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HomeLatest NewsThe Harvard method to be more productive by working fewer hours

The Harvard method to be more productive by working fewer hours

Date: June 5, 2023 Time: 05:29:48

It seems that a to-do list is synonymous with being a good worker, but the tables are turning lately and what is most valued in new companies are workers capable of being very productive in a short time. An improvement in productivity can even reduce working hours and facilitate reconciliation.

In addition, the fact of being at work warming up the chair does not mean that we are going to achieve better work results. What’s more, there is nothing that is as far from reality as it is stated: in our workday we only reach our peak of maximum concentration for six hours a week, not even a day.

This is the conclusion of the study carried out by David Rock, author of Your Brain at Work. This sharp contrast with the widely accepted 40-hour work week, which makes it almost impossible to reconcile in many aspects of daily life and work.

The reasoning behind this conclusion is that when a hard-working person stops doing things that took up time, but without results, they end up having a greater ability to concentrate to complete other tasks thanks to the feeling of tranquility of not having a saturated schedule.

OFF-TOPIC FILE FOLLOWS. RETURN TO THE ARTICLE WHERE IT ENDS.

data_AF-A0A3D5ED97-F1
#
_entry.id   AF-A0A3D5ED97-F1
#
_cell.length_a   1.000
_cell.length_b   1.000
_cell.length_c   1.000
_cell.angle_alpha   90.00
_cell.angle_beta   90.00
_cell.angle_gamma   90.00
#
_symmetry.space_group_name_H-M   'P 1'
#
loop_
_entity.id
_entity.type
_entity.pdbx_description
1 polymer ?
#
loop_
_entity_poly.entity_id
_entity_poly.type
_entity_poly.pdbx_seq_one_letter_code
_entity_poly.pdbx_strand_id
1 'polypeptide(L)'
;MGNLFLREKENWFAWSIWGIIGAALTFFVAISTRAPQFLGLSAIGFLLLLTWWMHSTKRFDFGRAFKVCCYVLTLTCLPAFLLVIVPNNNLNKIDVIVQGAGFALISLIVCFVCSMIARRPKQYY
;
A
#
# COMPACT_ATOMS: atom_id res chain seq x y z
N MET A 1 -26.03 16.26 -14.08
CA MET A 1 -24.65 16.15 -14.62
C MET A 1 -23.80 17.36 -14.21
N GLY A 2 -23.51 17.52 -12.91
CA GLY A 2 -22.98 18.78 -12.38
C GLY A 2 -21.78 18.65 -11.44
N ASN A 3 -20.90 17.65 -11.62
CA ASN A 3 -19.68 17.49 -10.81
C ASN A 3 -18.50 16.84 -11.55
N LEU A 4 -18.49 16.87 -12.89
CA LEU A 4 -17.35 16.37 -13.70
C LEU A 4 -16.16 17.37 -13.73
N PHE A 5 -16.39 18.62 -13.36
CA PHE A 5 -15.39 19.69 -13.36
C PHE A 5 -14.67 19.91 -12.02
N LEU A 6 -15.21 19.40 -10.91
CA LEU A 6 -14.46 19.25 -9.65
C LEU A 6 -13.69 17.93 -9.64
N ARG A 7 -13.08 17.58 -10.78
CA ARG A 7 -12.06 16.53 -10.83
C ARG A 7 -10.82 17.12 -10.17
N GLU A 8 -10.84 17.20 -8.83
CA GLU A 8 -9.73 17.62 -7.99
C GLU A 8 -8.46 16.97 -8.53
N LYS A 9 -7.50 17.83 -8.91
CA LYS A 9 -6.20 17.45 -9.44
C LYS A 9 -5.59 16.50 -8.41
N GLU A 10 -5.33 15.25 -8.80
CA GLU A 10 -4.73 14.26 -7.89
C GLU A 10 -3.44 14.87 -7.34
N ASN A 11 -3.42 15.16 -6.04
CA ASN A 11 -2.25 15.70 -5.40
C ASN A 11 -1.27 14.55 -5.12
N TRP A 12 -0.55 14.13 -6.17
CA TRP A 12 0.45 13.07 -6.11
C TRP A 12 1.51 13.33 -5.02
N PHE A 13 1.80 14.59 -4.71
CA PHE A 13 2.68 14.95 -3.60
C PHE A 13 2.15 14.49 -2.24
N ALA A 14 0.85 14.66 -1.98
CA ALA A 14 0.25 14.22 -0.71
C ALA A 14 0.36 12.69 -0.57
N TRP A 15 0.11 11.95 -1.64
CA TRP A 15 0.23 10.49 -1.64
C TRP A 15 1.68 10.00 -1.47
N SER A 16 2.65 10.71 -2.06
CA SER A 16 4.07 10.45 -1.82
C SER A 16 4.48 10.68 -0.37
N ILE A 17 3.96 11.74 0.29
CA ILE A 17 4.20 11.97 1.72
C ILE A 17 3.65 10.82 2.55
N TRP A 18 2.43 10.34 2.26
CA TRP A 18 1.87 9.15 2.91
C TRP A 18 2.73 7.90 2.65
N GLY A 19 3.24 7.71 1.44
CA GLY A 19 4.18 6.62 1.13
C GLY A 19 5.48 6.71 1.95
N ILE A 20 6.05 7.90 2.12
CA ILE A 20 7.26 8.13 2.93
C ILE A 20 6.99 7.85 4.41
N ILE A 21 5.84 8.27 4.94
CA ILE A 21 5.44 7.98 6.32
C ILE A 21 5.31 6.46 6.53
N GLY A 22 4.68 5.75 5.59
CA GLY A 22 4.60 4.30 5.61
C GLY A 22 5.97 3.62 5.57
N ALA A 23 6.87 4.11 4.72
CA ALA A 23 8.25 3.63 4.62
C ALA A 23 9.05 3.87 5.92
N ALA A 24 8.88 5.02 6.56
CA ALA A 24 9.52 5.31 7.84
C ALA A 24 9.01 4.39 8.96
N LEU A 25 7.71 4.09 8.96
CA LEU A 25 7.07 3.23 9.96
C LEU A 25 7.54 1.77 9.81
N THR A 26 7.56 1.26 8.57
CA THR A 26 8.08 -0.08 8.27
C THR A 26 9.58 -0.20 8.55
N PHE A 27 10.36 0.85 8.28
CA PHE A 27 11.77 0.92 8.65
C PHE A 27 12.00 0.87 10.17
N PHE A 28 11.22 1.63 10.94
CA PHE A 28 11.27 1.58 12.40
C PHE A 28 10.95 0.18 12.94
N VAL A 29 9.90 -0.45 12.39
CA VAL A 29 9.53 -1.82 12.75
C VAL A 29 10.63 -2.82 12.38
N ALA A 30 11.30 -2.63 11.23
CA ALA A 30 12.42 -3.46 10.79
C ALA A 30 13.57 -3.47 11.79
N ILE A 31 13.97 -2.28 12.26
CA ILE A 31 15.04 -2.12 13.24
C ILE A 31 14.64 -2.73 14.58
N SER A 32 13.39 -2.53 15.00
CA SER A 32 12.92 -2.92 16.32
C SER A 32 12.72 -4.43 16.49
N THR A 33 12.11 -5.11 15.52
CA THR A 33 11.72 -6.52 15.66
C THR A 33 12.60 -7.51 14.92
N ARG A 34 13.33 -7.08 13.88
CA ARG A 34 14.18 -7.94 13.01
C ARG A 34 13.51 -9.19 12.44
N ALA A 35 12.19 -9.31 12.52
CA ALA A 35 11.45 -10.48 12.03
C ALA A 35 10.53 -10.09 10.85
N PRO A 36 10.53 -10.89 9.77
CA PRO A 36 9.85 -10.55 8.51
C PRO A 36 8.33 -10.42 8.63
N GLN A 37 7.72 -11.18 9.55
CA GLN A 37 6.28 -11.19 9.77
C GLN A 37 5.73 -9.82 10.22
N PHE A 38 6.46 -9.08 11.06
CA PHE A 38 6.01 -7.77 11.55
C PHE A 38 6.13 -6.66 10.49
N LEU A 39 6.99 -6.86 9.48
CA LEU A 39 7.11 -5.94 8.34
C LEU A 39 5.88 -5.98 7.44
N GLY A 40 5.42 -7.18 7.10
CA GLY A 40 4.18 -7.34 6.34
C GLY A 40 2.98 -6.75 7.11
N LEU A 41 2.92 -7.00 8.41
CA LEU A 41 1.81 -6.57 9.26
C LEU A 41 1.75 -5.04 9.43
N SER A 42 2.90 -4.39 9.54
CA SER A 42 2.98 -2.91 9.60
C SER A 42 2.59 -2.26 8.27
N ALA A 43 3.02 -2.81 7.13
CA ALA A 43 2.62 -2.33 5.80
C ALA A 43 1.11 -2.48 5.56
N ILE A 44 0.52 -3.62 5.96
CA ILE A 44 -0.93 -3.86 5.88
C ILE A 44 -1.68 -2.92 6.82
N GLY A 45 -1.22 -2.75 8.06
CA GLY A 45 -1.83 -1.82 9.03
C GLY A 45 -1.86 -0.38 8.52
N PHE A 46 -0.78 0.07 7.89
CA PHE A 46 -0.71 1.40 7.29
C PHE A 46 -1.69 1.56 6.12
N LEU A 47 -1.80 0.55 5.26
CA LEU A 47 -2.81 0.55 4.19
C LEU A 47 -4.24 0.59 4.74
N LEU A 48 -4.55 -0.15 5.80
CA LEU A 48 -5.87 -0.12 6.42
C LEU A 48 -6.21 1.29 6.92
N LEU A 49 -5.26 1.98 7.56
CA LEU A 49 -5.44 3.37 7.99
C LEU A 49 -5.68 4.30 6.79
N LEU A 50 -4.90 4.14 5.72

According to the text published by Kate Norrup in the Harvard Business Review, there is no magic formula to improve our productivity, but there are tips that help us identify what we should not do during our workday or when making decisions about our agendas. and our pending tasks. An exercise of your own creation improves decision making on the to-do list and this method can be applied to work as well as personal or home life.

How to improve productivity and lighten the task list

The first step is to draw a line to divide a piece of paper in two and decide which aspect of life we ​​want to improve in terms of results and stress. On the left side, we list the tasks or activities that we carry out in this aspect of our life: for example, at work, answering emails, having meetings, calling clients, writing reports…

On the right side, we’ll list our best results: closing a major deal, improved sales, a good result… This procedure, says Norrup, can be somewhat difficult, as we culturally suffer from certain blocks to the time to self-recognize merits and victories.

To finish, you have to join a line that connects each work success with the tasks that will help us achieve that result. For example, the calls and meetings with the closing of a pact or a commercial agreement. Once this step is finished, we will see those tasks that have been left without associated results.

This will make us see that there are tasks on which we have been wasting time that are, so to speak, useless and, therefore, we should stop doing or minimize the time we dedicate to it if it is not possible to eliminate this task from our list.

Following this procedure will help us to identify failures in our work routines and will allow us to optimize our work day much more, helping us to focus on the truly important tasks to achieve the results that we want and that interest us.

Puck Henry
Puck Henry
Puck Henry is an editor for ePrimefeed covering all types of news.

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